Peter Lucas founder of Hedia, is sharing his insights for a
successful launch of a Digital Health startup based on his experience with Hedia, which has recently raised 2M Euros to scale up their product. Peter is a passionate experienced entrepreneur who previously founded 3 other ventures. Check out Peter’s top 5 learnings below.
It is true what they say. Time will tell – and time will teach you all the things, you need to know. I’ve learned (and am still learning) a great deal during my journey as a founder of a digital health startup – And I hope my blindsights can help you with yours!
Here are the 5 most critical learnings I’ve gotten along the way of starting Hedia.
1- A digital health team should not imitate a tech team
Perhaps one of the most common advice you can get is to think about how you build your team. It doesn’t make it any less true though and, in digital health, it is damn important.
When starting Hedia, I thought a lot about how to assemble the right team. And we got it right from the start – but it wasn’t until later in the process, that I realized why we got it right. It became very clear to me that one of the most important ingredients of the team was my co-founder, Christina’s domain knowledge as a diabetes nurse.
This is because of two things:
- It is essential to have a senior team member that can talk to other health professionals using their terminology.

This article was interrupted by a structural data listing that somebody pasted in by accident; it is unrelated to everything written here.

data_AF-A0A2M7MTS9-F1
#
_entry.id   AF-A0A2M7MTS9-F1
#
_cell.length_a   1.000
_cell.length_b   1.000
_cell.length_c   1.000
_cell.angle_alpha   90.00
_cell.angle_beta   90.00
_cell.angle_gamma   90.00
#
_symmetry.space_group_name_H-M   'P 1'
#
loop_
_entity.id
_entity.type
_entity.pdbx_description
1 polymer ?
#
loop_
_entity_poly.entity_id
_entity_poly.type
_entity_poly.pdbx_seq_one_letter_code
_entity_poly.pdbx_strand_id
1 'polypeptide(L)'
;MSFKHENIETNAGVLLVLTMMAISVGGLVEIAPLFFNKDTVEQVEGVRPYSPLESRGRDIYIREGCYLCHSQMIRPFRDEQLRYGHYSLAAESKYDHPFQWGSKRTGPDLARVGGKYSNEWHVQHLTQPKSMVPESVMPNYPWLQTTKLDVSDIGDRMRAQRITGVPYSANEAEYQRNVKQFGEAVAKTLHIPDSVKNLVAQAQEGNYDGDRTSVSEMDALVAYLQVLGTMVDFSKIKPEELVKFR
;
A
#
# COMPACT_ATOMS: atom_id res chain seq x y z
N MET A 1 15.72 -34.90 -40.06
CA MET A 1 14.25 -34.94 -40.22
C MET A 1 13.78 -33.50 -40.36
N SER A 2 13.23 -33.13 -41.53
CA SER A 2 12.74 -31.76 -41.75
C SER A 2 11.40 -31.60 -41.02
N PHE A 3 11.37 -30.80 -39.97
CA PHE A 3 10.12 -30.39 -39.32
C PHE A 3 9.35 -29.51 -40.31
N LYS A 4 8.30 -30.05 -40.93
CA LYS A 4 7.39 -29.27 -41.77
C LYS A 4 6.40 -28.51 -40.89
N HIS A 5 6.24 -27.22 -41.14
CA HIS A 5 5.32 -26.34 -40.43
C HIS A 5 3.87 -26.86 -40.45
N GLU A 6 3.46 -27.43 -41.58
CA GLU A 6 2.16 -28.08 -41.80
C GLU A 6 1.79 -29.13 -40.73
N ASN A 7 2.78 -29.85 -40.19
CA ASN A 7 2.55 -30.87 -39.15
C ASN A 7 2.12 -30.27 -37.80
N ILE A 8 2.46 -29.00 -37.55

- You need someone with domain knowledge to validate the clinical concept as an ongoing process.
So the key learning point for us was that a digital health startup should not imitate the team architecture of a regular tech startup. The founding team of a digital health startup is a thing for itself and should be tailored to the essence of what your product is about.
2- Challenging your assumptions is key
You need to challenge your basic assumptions when defining what type of company you are building. When it comes to health tech, the definition is not a technicality, it is absolutely crucial.
Now, as you probably know, there are a lot of labels in this sector. And your job as the founder is to figure out how they differ – and which box you fit in.
For the first 6 months of Hedia’s journey, my co-founders and I were positive that Hedia was a wellbeing tech.